MyTime is just a string property on the codebehind or whatever you are using as a DataContext.

    The second textbox is also bound to that property, this is just for viewing what is actually set on the bound property.

    Now, the Mask is “90:00″ which means the first digit is optional and could be a space, the rest of the fields are required digits.

    If i enter 2:33 into the textbox, the masked textbox shows “_2:33″ and the second (unmasked) textbox bound to the same property shows “_2:33″.

    This is not what I would expect, shouldn’t the bound value be “2:33″? I would not expect the mask placeholders to be returned when I try to get the value of .Text. If I’m using this control, and I have optional elements in my mask, I don’t want to have to strip out extraneous underscores from my result.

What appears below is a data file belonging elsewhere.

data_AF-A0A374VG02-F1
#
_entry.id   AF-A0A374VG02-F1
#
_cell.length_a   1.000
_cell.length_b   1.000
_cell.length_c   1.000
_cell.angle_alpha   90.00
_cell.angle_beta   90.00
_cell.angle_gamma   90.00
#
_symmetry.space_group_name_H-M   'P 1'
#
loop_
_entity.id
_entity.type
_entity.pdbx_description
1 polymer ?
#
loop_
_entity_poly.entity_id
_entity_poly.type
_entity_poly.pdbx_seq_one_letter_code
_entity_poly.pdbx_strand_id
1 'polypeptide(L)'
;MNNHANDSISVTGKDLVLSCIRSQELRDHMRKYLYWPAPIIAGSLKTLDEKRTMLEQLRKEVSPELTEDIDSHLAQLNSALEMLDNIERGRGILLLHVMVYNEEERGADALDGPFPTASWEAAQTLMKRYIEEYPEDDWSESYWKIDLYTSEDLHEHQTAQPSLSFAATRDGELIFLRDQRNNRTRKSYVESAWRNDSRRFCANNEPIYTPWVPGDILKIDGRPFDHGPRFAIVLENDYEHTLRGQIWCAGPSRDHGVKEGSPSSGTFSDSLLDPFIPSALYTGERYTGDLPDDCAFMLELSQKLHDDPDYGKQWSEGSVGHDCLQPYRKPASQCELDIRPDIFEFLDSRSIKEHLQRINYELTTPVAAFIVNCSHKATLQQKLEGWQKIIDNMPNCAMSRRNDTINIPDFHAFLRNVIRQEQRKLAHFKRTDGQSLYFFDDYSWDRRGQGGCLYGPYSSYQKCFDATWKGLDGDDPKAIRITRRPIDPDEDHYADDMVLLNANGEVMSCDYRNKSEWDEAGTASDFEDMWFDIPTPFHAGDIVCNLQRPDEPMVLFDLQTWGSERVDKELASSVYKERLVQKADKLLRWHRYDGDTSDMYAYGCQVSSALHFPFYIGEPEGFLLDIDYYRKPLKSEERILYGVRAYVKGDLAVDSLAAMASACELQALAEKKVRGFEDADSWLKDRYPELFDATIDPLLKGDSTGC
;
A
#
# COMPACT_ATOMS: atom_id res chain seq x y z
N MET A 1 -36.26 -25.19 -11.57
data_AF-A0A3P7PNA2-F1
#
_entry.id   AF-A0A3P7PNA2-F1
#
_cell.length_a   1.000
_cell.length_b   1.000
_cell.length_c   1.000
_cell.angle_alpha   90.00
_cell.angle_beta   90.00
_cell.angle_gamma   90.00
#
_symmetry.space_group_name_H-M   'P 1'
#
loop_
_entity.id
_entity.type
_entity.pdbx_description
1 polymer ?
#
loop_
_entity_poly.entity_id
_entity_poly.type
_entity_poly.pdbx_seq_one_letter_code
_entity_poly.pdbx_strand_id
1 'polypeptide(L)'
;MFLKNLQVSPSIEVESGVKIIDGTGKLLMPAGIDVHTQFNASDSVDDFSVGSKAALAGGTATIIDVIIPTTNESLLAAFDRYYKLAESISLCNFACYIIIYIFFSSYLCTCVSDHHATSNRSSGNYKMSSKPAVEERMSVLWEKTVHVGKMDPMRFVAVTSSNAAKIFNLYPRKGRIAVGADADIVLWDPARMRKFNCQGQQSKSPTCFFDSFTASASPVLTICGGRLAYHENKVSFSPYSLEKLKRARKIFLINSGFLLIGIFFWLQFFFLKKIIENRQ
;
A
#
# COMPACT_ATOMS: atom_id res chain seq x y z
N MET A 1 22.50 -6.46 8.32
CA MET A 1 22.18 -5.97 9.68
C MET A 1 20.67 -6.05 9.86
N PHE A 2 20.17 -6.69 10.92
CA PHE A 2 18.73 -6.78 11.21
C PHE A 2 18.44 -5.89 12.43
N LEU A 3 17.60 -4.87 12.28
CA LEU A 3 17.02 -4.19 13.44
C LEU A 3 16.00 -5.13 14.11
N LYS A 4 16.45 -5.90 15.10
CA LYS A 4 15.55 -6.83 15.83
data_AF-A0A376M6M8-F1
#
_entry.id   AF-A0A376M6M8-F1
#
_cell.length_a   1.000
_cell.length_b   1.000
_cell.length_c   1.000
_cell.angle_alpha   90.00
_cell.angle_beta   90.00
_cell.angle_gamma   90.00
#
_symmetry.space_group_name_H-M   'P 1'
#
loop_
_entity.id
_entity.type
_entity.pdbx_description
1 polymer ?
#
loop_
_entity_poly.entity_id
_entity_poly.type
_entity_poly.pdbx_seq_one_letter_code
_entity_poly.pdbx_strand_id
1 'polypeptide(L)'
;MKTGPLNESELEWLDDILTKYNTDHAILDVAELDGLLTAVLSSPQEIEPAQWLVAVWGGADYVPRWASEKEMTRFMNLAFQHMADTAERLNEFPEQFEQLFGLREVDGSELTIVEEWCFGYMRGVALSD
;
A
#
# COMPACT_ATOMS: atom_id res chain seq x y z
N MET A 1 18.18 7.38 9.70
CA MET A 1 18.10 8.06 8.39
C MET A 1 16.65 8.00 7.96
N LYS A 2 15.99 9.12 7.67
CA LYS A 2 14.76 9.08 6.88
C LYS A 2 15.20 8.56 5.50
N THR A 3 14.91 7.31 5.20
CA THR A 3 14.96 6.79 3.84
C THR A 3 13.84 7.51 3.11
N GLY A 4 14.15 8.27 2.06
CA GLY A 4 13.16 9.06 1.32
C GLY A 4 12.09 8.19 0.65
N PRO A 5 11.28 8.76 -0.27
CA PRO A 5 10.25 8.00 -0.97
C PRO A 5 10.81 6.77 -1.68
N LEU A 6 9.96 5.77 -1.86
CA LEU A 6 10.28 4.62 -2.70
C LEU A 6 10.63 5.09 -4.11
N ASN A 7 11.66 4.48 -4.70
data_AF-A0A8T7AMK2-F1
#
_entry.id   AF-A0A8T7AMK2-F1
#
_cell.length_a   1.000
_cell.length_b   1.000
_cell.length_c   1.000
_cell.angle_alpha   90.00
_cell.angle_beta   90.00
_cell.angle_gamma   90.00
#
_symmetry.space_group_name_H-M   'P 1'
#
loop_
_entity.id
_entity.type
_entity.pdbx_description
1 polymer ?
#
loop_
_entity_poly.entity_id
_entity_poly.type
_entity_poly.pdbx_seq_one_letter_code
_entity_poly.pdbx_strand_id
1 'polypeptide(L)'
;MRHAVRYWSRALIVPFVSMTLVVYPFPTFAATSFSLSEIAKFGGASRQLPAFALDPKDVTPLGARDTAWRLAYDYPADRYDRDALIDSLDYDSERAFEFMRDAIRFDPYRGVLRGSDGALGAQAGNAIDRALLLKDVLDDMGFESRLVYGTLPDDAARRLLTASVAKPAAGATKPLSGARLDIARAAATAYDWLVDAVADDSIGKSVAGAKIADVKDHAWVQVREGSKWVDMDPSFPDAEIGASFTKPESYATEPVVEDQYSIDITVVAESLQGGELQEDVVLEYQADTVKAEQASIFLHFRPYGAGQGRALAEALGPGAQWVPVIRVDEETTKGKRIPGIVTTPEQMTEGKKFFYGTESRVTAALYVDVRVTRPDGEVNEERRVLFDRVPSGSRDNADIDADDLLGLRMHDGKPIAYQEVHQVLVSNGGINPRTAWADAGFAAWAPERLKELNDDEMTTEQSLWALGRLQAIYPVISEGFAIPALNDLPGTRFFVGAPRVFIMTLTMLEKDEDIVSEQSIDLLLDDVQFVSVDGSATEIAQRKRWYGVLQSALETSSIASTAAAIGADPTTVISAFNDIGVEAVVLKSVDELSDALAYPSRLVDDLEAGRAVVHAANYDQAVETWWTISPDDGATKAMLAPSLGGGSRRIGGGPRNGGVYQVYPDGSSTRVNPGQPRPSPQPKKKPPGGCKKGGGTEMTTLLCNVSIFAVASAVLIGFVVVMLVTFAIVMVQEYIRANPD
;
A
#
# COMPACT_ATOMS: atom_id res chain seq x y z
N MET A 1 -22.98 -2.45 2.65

Compare this to the winform masked textbox, using the same mask. If I enter 2:33, and I examine the .Text property of the control via a breakpoint, it returns me “2:33″, not “_2:33″.

    I’ve tried to remedy this, but cannot quite seem to get it. I could add a separate property to get the value I want, but I feel like it should work just using the .Text binding.

    Perhaps the author or someone else has an idea?

  9. The MaskedTextBox does not inherit the default style as the rest of the controls on a page. Also, it has no header / label- you have to create a compound control for it.

    Any ideas why this is the case?

  10. I’m facing a problem using it when i bind a property to Text.. like this:

    The mask is shown correctly, but after i type my date, and go to next control, the date disappear!

  11. i am using MaskedTextBox for phone numbers
    but on saving the value i want to take the original text not the formatted one ,any ideas about how to do it??

  12. Pingback: WPF – Masked Textbox Behavior | Blindmeis's Blog